It’s easy to identify Medgar Evers’ grave marker in Arlington National Cemetery’s Section 36, either from Schley Drive or the nearby walkway. Stones, military tributes, flowers, and other tokens of veneration often adorn his headstone and the ground around it. An icon and martyr of the civil rights movement, Evers is buried at ANC because of his U.S. Army service during World War II, and because his wife, Myrlie, eventually decided she wanted to give the public the opportunity to visit his grave.
Evers grew up in Decatur, Mississippi, and enlisted in the U.S. Army in October 1943, during World War II. He served as a laborer and cargo checker before becoming a military policeman in the 657th Port Company. A segregated unit with Black soldiers and white officers, the unit was charged with hauling supplies from ports to the men fighting at the front. At the time, the majority of African Americans in the racially segregated military were generally assigned to support positions rather than to the few segregated combat units.
Evers’ unit landed in Normandy, France, a few weeks after the massive Allied assault on D-Day, June 6, 1944. As Allied forces broke out of the Normandy beachhead and moved across France, Evers’ unit took part in the Red Ball Express, which provided the crucial function of driving supplies to the front. This work was done mostly by Black soldiers under the command of white officers. Evers served until the end of the war and was honorably discharged as a sergeant in 1946. For his service, Evers earned two Bronze Stars and a Good Conduct Medal.
Like many African American soldiers who served in Europe during World War II, he found that in France, people treated him as a soldier and an American, regardless of the color of his skin. According to his brother Charles, the experience convinced him that people of all races could live together peacefully. Evers returned home from the war committed to fighting for racial equality. In 1946, however, he and his brother registered to vote, only to be confronted by a group of angry white people who prevented them from casting their ballots.
Nonetheless, Evers attended college, graduating from Mississippi’s Alcorn Agricultural and Mechanical College (now Alcorn State University). There, he met Myrlie Beasley, whom he married on Dec. 24, 1951. The couple moved to Jackson, Mississippi, where Evers took a job as an insurance salesman for Magnolia Mutual Life Insurance. Meanwhile, Evers began volunteering for the local chapter of the NAACP, as well as the Regional Council of Negro Leadership (RCNL). With the NAACP, he helped organize boycotts of gas stations that denied African Americans the use of their bathrooms. Boycotters handed out bumper stickers with the slogan, “Don’t Buy Gas Where You Can’t Use the Restroom.”
In 1954, Evers applied to the University of Mississippi Law School—the first Black man to do so. The university denied him admission on a technicality, and the NAACP focused on Evers’ case in an attempt to desegregate the law school. Later that year, he became the NAACP’s first field secretary for Mississippi, where he helped organize boycotts, led voter drives, and worked to desegregate schools, beaches, and parks. He helped James Meredith enroll at the University of Mississippi, becoming the school’s first Black student. Evers also expanded the NAACP within the state. Simply put, through his leadership, Evers became the face of the civil rights movement in Mississippi.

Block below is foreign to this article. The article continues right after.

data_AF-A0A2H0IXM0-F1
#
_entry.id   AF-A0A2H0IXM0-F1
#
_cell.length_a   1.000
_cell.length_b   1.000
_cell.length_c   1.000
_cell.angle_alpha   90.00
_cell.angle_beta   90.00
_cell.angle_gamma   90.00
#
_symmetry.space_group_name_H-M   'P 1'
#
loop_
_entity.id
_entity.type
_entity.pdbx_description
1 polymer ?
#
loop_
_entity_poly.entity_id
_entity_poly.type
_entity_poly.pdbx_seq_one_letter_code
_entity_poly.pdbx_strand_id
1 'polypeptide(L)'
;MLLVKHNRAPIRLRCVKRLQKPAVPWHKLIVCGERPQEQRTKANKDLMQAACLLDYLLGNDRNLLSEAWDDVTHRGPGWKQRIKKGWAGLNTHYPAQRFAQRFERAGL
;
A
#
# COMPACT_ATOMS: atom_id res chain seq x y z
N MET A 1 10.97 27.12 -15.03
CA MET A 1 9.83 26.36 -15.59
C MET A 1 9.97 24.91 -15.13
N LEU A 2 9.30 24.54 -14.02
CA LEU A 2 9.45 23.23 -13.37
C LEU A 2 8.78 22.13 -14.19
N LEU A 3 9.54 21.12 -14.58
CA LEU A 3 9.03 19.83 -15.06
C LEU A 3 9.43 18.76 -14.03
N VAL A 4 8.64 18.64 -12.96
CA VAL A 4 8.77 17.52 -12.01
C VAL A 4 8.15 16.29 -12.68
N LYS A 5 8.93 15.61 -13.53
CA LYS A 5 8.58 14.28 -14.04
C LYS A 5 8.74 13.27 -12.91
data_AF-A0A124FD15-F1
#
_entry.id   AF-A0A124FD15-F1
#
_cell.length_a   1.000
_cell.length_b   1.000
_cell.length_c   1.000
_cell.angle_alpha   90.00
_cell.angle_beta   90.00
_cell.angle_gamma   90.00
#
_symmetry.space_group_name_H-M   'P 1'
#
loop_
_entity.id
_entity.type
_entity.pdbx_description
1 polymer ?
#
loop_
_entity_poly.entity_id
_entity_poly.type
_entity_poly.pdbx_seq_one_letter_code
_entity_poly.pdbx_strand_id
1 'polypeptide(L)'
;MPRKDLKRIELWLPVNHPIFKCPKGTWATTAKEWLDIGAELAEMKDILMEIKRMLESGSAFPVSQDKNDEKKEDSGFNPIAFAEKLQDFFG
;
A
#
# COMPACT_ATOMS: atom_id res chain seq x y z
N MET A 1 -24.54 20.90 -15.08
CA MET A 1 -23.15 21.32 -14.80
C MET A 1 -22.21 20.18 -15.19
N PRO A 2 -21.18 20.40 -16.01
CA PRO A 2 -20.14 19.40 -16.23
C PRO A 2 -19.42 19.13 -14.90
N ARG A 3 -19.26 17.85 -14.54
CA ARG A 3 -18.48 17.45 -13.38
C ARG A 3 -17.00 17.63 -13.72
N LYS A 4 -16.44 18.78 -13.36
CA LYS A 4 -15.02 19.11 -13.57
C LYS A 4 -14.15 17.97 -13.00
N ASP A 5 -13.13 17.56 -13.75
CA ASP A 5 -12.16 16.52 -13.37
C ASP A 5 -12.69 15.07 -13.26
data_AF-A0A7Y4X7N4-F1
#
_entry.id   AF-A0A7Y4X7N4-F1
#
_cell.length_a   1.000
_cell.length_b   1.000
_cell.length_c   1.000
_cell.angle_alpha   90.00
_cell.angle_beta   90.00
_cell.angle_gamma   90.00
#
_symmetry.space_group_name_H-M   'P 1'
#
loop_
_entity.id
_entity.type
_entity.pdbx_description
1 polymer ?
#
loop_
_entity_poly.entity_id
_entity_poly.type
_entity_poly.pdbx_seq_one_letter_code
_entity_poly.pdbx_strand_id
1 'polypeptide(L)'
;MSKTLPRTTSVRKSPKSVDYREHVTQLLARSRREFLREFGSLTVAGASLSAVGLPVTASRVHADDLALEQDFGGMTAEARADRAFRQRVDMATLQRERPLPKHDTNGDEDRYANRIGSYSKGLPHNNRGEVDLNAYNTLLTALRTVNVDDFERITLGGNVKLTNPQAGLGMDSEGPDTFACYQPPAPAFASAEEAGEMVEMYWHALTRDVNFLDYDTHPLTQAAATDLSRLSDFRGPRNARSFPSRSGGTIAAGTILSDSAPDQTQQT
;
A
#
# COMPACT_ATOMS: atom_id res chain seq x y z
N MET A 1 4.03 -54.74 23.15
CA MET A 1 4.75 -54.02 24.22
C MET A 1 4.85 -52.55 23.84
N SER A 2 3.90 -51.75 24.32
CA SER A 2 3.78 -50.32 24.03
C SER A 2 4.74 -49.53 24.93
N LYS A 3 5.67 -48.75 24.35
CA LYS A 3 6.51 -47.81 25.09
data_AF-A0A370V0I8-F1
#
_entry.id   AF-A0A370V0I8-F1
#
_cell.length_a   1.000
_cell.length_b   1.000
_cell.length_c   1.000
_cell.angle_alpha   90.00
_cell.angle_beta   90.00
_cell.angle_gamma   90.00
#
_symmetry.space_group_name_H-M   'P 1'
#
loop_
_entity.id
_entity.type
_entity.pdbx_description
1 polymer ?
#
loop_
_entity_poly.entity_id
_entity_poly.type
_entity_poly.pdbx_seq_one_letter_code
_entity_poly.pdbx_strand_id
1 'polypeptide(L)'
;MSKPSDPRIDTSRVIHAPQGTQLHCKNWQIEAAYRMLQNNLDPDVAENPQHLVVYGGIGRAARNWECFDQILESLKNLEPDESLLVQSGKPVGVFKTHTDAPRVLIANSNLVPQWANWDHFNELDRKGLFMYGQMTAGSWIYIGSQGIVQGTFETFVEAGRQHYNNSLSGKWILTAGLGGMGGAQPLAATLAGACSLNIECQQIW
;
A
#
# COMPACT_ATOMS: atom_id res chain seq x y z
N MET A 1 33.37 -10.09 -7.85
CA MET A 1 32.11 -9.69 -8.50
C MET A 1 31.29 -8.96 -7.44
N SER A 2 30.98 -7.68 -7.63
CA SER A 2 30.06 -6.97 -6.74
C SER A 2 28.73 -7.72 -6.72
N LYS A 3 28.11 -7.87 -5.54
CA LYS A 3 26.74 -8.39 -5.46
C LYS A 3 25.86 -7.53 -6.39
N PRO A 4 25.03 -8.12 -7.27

Just after midnight on June 12, 1963, after working late at a civil rights meeting, Evers parked his car in his driveway and walked to the front door of his home. His pregnant wife and two children, who had stayed up late to watch President John F. Kennedy address the nation about the need for federal civil rights legislation, heard him pull up and were preparing to greet him. He never reached the door. Instead, he was shot in the back by Byron De La Beckwith, a white segregationist. After Beckwith shot Evers, his family ran out to him, and one of his children cried, “Please, Daddy, please get up!” His neighbors drove Evers to University Hospital in Jackson, where he died an hour later.
As a result of Evers’ murder, mass demonstrations erupted in Mississippi for several days. Thousands of people attended his funeral service in Jackson, including Dr. Martin Luther King, Jr. While Myrlie initially wanted her husband to be buried in a local cemetery, her friends and civil rights associates urged her to bury him at Arlington National Cemetery, where more people could visit his grave.
On June 19, 1963, after thousands attended a two-day viewing at the John Wesley Church in Washington, D.C., a large group of mourners followed the hearse bearing Evers’ remains to the Fort Myer Chapel for his funeral. His casket was then brought to Section 36, where he was buried with full military honors before a crowd of more than 2,000 people. Today, visitors continue to visit his gravesite to honor his legacy and sacrifice.
Evers’ murder served as a galvanizing moment in civil rights history. It increased support for the legislation that would later become the Civil Rights Act of 1964. At ANC, we commemorate his service to the country, both in and out of uniform.
Medgar Evers’ wife, Myrlie, and their children visit his grave a year after his funeral. More than 2,000 NAACP delegates joined the family for the pilgrimage to his gravesite. (NARA)